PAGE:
In vitro differentiation of hepatic progenitor cells from mouse embryonic stem cells induced by sodium butyrate

Qing-Jun Zhou, Li-Xin Xiang, Jian-Zhong Shao, Ruo-Zhen Hu, Yong-Liang Lu, Hang Yao, Li-Cheng Dai
Journal of Cellular Biochemistry 2007 January 1, 100 (1): 29-42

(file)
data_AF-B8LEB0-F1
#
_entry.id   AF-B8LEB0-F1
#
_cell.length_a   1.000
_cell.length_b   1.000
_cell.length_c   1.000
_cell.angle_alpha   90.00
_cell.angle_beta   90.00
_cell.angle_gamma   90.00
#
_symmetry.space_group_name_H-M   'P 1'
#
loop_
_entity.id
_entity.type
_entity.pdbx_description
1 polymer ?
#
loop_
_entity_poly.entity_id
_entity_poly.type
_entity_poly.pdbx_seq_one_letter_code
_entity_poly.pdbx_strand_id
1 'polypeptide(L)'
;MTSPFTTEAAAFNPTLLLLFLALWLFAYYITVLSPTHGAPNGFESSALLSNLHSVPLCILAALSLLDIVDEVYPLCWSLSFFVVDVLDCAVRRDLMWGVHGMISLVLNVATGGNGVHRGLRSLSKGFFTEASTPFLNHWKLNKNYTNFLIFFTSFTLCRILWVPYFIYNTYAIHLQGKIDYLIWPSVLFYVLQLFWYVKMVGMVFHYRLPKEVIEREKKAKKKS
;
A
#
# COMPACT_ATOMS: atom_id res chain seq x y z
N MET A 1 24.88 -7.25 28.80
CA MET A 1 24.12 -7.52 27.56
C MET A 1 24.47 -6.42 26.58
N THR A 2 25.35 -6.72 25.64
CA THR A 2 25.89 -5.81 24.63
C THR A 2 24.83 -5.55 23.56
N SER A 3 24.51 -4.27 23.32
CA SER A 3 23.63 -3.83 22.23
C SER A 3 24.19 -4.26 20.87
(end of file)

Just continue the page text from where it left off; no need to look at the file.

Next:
Recently it was shown that embryonic stem (ES) cells could differentiate into hepatocytes both in vitro and in vivo, however, prospective hepatic progenitor cells have not yet been isolated and characterized from ES cells. Here we presented a novel 4-step procedure for the differentiation of mouse ES cells into hepatic progenitor cells and then hepatocytes. The differentiated hepatocytes were identified by morphological, biochemical, and functional analyses. The hepatic progenitor cells were isolated from the cultures after the withdrawal of sodium butyrate, which was characterized by scant cytoplasm, ovoid nuclei, the ability of rapid proliferation, expression of a series of hepatic progenitor cell markers, and the potential of differentiation into hepatocytes and bile duct-like cells under the proper conditions that favor hepatocyte and bile epithelial differentiation. The differentiation of hepatocytes from hepatic progenitor cells was characterized by a number of hepatic cell markers including albumin secretion, upregulated transcription of glucose-6-phosphatase and tyrosine aminotransferase, and functional phenotypes such as glycogen storage. The results from our experiments demonstrated that ES cells could differentiate into a novel bipotential hepatic progenitor cell and mature into hepatocytes with typical morphological, phenotypic and functional characteristics, which provides an useful model for the studies of key events during early liver development and a potential source of transplantable cells for cell-replacement therapies.

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